Almost lost amidst the three-ring coverage of Timothy McVeigh’s June 11 execution was a notable quote, buried deep in the front section of the June 12 New York Times. “We should never execute anybody who is mentally retarded,” President Bush told a group of European reporters at the White House. The Europeans must have been confused: wasn’t it the other Bush brother, Jeb, that opposed executing the mentally retarded? Yes, and wasn’t it George W., as governor of Texas, who publicly opposed a proposed ban on executing the mentally retarded? But while the Europeans may have been scratching their heads and perusing their English dictionaries for another, more nuanced, definition of “should never,” death penalty opponents back in Texas probably weren’t too fazed.
After all, there has always been a Reaganesqe strategic confusion to Bush’s stance on the issue. He told reporters on the presidential campaign trail, for example, that Texas did not execute mentally retarded convicts. At a time when the U.S. Supreme Court was reviewing Texas’ policy on the issue (in the John Paul Penry case), Bush seemingly could have used some review of his own. In fact, Texas has executed at least seven mentally retarded persons since 1976, when the death penatly was reinstated. Bush later corrected himself, and went on to defend his opposition to the ban during the campaign. Now, it seems, with the benefit of a little hindsight–and the prospect of an upcoming trip to Europe, where the death penalty is widely opposed and largely outlawed–he’s had a change of heart. Back in Texas, meanwhile, the legislature has passed a ban on the practice this time around. (We’re sure of it.) As we went to press, Governor Rick Perry was still equivocating over whether he would veto the ban or not.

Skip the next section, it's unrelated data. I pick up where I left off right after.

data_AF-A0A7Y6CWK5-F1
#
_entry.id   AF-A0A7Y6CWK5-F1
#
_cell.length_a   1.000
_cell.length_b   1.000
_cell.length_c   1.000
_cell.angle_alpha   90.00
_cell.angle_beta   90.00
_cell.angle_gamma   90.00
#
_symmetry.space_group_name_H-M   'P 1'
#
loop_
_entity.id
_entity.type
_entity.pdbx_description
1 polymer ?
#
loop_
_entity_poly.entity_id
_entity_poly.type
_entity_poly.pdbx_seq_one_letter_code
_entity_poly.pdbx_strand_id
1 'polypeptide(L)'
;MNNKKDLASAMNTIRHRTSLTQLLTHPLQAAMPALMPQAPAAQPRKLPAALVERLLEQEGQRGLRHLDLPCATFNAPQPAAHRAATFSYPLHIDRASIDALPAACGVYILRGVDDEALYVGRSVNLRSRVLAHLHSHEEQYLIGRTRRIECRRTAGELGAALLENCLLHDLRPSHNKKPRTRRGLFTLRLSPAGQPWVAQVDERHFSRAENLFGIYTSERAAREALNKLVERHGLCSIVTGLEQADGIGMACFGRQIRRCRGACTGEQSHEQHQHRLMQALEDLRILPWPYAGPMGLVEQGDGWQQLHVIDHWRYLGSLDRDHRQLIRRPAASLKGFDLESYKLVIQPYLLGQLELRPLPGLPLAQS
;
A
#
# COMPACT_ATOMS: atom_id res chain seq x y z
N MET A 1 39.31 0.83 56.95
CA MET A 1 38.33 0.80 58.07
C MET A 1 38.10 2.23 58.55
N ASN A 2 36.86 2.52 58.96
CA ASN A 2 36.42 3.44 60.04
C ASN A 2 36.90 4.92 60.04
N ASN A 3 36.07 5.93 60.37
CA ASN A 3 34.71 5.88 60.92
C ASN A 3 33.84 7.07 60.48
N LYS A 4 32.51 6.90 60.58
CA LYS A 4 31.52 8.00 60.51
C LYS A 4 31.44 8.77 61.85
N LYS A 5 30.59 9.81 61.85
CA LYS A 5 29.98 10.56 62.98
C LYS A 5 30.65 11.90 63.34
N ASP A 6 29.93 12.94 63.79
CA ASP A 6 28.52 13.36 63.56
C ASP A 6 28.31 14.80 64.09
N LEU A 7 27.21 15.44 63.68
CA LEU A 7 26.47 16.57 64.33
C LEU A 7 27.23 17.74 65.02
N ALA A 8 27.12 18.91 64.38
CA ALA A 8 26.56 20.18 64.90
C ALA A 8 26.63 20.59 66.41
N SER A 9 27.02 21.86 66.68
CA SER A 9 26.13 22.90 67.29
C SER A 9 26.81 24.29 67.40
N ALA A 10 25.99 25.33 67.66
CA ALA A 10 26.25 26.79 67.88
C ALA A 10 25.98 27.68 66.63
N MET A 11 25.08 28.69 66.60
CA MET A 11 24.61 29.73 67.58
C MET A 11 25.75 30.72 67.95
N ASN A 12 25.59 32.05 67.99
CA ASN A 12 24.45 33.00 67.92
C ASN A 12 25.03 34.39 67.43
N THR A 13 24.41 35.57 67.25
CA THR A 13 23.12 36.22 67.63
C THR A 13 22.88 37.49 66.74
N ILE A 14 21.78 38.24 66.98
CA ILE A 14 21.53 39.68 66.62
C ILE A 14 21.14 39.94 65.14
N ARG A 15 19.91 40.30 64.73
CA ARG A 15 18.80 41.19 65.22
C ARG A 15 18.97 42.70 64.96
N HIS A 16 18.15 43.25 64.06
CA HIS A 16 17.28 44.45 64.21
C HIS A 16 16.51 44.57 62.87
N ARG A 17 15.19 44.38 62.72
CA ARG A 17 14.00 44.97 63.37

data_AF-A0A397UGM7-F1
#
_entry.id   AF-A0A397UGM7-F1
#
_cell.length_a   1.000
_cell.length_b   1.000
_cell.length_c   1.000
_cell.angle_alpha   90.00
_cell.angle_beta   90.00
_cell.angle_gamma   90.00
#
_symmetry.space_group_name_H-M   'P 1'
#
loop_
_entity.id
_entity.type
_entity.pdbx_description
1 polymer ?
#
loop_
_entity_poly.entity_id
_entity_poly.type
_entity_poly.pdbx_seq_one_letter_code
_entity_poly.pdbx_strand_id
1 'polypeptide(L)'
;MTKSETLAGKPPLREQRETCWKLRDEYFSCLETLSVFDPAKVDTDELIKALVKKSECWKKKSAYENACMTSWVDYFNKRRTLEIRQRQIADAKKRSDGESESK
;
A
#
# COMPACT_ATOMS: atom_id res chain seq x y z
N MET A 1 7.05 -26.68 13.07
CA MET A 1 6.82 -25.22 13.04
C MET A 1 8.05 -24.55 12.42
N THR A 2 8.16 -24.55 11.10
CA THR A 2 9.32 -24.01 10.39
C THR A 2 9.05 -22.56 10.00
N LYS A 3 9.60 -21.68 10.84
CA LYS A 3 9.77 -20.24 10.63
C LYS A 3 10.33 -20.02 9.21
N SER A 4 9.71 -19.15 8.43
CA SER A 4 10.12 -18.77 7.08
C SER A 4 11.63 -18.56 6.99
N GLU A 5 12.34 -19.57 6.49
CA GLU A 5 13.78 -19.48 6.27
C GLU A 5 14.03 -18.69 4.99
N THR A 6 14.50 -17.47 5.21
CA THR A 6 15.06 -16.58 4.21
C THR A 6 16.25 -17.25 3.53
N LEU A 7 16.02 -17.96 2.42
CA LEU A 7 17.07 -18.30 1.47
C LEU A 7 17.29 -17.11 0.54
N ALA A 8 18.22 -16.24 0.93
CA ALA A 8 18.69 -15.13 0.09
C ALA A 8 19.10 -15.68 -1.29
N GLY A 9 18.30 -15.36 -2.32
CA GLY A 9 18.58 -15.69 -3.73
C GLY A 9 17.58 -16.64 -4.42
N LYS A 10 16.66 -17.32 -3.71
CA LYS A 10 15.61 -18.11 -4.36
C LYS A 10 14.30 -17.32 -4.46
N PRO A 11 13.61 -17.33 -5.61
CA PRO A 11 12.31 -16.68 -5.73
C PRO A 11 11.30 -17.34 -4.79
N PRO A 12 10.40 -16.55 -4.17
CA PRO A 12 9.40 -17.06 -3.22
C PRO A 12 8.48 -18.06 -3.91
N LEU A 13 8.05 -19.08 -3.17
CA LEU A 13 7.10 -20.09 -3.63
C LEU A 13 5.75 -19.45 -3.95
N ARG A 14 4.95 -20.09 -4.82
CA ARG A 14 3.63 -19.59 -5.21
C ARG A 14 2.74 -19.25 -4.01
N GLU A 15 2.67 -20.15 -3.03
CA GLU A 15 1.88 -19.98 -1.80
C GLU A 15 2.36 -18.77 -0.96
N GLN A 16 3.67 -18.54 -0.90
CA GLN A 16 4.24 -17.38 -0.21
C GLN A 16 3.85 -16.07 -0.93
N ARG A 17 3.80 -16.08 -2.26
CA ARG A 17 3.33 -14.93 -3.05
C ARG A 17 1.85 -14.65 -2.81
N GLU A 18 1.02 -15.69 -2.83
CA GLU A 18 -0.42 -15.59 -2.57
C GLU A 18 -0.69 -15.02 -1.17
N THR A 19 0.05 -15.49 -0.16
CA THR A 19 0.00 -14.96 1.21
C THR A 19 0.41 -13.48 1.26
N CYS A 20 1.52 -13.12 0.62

The results are in on the latest Texas election cycle, and money wins again. According to an analysis conducted by the National Institute on Money in State Politics, in conjunction with the Austin campaign finance watchdog, Texans for Public Justice, Texas legislative candidates raised $43.2 million in the 2000 election cycle, up 24 percent from the 1998 cycle. The biggest jump was in the legislative races, where members raised an average of 48 percent more than they did last time around. This was fueled in part by the race for Senate District 3 in East Texas, which drew national attention and funding because of its implications for control of the evenly divided Senate in a redistricting year. Republican Todd Staples won that race by collecting a record-breaking (for a Senate race) $3.45 million. Other big earners were Gov. Rick Perry, who pulled in over $4 million, and House Speaker Pete Laney, who collected $1.4 million. Money, along with incumbency, continued to be an excellent predictor of success, with 98 percent of winners out-fundraising their opponents. Incumbents won 94 percent of their races. For more information, visit the Institute’s web site at www.followthemoney.org.